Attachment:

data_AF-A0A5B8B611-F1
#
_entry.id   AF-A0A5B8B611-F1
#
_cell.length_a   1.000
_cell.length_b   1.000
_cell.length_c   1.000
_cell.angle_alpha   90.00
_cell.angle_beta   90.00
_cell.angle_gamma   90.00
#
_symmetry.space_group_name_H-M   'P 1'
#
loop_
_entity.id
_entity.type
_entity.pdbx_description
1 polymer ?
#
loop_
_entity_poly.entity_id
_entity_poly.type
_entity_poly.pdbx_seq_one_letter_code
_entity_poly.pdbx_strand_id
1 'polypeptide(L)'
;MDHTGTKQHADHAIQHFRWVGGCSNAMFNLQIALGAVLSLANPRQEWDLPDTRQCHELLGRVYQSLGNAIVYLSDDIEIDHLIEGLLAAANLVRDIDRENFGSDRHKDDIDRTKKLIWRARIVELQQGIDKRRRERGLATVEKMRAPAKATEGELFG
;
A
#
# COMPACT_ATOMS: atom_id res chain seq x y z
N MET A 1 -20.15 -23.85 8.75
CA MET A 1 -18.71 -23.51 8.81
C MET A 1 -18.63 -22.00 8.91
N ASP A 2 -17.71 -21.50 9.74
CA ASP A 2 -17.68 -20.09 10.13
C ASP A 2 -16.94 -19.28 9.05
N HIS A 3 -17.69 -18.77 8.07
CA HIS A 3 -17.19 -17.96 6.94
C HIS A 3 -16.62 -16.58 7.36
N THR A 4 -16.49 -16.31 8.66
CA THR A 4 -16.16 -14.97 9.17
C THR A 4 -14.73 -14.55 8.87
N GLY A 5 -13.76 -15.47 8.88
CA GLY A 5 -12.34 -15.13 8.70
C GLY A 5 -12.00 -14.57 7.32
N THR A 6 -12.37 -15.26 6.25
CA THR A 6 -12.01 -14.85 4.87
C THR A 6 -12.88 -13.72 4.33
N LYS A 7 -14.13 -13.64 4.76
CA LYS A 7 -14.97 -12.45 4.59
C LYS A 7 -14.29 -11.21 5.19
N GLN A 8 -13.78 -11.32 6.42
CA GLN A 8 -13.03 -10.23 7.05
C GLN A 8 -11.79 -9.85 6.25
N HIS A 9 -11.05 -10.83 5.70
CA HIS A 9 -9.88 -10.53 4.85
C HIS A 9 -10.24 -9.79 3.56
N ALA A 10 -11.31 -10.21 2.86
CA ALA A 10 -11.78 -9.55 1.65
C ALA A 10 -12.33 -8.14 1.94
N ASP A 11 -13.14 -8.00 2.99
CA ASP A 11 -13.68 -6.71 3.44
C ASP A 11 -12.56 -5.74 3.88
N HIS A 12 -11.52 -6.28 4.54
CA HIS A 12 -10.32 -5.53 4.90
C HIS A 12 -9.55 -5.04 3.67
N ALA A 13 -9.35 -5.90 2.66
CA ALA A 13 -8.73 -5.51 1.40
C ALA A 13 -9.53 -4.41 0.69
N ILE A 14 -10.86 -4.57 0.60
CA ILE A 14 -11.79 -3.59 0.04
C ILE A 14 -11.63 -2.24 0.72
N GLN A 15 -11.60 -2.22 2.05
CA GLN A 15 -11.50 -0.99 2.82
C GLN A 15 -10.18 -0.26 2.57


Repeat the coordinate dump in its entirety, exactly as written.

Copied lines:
data_AF-A0A5B8B611-F1
#
_entry.id   AF-A0A5B8B611-F1
#
_cell.length_a   1.000
_cell.length_b   1.000
_cell.length_c   1.000
_cell.angle_alpha   90.00
_cell.angle_beta   90.00
_cell.angle_gamma   90.00
#
_symmetry.space_group_name_H-M   'P 1'
#
loop_
_entity.id
_entity.type
_entity.pdbx_description
1 polymer ?
#
loop_
_entity_poly.entity_id
_entity_poly.type
_entity_poly.pdbx_seq_one_letter_code
_entity_poly.pdbx_strand_id
1 'polypeptide(L)'
;MDHTGTKQHADHAIQHFRWVGGCSNAMFNLQIALGAVLSLANPRQEWDLPDTRQCHELLGRVYQSLGNAIVYLSDDIEIDHLIEGLLAAANLVRDIDRENFGSDRHKDDIDRTKKLIWRARIVELQQGIDKRRRERGLATVEKMRAPAKATEGELFG
;
A
#
# COMPACT_ATOMS: atom_id res chain seq x y z
N MET A 1 -20.15 -23.85 8.75
CA MET A 1 -18.71 -23.51 8.81
C MET A 1 -18.63 -22.00 8.91
N ASP A 2 -17.71 -21.50 9.74
CA ASP A 2 -17.68 -20.09 10.13
C ASP A 2 -16.94 -19.28 9.05
N HIS A 3 -17.69 -18.77 8.07
CA HIS A 3 -17.19 -17.96 6.94
C HIS A 3 -16.62 -16.58 7.36
N THR A 4 -16.49 -16.31 8.66
CA THR A 4 -16.16 -14.97 9.17
C THR A 4 -14.73 -14.55 8.87
N GLY A 5 -13.76 -15.47 8.88
CA GLY A 5 -12.34 -15.13 8.70
C GLY A 5 -12.00 -14.57 7.32
N THR A 6 -12.37 -15.26 6.25
CA THR A 6 -12.01 -14.85 4.87
C THR A 6 -12.88 -13.72 4.33
N LYS A 7 -14.13 -13.64 4.76
CA LYS A 7 -14.97 -12.45 4.59
C LYS A 7 -14.29 -11.21 5.19
N GLN A 8 -13.78 -11.32 6.42
CA GLN A 8 -13.03 -10.23 7.05
C GLN A 8 -11.79 -9.85 6.25
N HIS A 9 -11.05 -10.83 5.70
CA HIS A 9 -9.88 -10.53 4.85
C HIS A 9 -10.24 -9.79 3.56
N ALA A 10 -11.31 -10.21 2.86
CA ALA A 10 -11.78 -9.55 1.65
C ALA A 10 -12.33 -8.14 1.94
N ASP A 11 -13.14 -8.00 2.99
CA ASP A 11 -13.68 -6.71 3.44
C ASP A 11 -12.56 -5.74 3.88
N HIS A 12 -11.52 -6.28 4.54
CA HIS A 12 -10.32 -5.53 4.90
C HIS A 12 -9.55 -5.04 3.67
N ALA A 13 -9.35 -5.90 2.66
CA ALA A 13 -8.73 -5.51 1.40
C ALA A 13 -9.53 -4.41 0.69
N ILE A 14 -10.86 -4.57 0.60
CA ILE A 14 -11.79 -3.59 0.04
C ILE A 14 -11.63 -2.24 0.72
N GLN A 15 -11.60 -2.22 2.05
CA GLN A 15 -11.50 -0.99 2.82
C GLN A 15 -10.18 -0.26 2.57